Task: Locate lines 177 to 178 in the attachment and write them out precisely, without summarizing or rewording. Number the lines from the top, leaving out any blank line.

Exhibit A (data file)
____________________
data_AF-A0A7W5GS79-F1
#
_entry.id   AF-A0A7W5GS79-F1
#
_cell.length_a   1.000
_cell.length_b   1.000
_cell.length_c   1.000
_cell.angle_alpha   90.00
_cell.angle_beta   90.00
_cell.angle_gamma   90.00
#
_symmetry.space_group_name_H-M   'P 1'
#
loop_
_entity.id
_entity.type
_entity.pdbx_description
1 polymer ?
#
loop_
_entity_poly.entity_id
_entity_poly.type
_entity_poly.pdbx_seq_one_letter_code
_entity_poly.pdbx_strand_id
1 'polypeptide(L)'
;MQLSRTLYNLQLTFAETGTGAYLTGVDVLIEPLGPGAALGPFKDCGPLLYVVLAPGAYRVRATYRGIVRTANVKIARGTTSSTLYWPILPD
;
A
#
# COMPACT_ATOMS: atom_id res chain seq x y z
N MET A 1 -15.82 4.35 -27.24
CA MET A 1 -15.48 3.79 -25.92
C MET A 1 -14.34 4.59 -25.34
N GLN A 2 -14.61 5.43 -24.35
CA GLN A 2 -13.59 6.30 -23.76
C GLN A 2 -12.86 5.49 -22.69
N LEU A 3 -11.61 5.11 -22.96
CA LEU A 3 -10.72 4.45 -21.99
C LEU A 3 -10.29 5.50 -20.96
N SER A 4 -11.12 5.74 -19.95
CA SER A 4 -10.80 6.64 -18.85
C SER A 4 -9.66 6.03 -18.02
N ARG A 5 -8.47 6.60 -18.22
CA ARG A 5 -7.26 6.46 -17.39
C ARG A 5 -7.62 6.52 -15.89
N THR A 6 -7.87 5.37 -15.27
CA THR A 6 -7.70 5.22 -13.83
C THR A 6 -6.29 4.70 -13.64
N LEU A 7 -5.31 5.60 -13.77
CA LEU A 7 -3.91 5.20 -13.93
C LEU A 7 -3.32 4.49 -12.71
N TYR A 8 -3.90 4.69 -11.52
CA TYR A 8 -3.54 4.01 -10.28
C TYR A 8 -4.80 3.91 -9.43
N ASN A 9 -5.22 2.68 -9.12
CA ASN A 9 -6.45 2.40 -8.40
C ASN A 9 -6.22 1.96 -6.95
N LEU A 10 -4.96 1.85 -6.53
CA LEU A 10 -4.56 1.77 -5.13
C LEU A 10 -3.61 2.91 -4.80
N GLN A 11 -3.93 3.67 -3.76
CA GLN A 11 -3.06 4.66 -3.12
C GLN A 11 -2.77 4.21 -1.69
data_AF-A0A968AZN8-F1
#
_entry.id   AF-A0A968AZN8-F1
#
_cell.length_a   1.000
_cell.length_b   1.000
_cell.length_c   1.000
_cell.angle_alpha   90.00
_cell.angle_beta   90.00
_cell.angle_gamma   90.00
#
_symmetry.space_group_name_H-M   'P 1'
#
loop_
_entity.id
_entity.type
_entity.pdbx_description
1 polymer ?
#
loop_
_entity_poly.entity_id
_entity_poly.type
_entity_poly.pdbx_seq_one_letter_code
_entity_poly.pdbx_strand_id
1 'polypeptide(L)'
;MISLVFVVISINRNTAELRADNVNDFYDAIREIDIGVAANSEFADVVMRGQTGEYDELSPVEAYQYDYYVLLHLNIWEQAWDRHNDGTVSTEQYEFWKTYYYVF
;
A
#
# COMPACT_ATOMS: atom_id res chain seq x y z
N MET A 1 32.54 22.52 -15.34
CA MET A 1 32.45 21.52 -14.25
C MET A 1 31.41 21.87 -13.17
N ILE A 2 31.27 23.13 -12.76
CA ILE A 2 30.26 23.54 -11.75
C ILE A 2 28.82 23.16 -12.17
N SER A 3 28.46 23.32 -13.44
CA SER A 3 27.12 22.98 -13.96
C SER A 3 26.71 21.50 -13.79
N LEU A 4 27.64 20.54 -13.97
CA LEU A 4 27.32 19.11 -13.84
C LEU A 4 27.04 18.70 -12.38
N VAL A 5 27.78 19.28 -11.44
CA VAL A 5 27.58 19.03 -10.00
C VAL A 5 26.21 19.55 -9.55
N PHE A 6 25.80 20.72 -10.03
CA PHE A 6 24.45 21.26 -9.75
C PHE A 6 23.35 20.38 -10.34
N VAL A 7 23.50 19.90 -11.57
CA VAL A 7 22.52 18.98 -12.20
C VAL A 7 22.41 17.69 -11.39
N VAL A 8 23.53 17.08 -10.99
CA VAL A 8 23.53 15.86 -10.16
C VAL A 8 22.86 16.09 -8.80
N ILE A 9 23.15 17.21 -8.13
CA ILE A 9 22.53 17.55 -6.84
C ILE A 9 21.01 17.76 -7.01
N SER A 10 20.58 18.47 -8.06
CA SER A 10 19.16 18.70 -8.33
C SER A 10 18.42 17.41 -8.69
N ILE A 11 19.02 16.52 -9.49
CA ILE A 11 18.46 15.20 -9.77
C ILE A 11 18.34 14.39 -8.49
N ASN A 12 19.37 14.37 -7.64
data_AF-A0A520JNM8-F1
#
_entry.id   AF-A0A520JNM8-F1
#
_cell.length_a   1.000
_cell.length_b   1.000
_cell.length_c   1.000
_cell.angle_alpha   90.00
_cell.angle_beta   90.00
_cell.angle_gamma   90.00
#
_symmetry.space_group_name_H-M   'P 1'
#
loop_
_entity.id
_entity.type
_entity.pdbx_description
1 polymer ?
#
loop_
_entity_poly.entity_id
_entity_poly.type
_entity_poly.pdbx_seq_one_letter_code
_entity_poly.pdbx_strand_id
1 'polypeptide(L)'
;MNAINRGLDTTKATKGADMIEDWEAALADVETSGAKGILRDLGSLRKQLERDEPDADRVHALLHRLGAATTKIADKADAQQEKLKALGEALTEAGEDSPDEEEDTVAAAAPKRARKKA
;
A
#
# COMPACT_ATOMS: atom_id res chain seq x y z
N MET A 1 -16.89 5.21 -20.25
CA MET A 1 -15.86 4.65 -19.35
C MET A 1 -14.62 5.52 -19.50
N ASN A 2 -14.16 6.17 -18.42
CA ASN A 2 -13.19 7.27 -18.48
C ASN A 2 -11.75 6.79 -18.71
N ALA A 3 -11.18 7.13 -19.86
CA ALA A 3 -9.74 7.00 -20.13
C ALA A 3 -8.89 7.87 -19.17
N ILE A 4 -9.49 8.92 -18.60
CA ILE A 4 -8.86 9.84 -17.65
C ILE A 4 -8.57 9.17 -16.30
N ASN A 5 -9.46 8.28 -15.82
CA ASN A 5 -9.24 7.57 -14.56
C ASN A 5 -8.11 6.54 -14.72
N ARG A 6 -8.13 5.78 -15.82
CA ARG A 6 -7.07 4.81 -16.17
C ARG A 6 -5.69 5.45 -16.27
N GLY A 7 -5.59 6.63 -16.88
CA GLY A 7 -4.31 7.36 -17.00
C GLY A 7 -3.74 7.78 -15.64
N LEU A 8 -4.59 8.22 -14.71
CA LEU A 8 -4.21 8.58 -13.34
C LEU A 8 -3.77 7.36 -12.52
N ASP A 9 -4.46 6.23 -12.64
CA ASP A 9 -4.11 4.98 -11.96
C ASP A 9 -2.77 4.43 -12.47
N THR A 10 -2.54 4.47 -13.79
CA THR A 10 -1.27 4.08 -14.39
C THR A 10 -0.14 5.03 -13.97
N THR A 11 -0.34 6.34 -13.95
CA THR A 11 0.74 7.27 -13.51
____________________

CA GLY A 7 -4.31 7.36 -17.00
C GLY A 7 -3.74 7.78 -15.64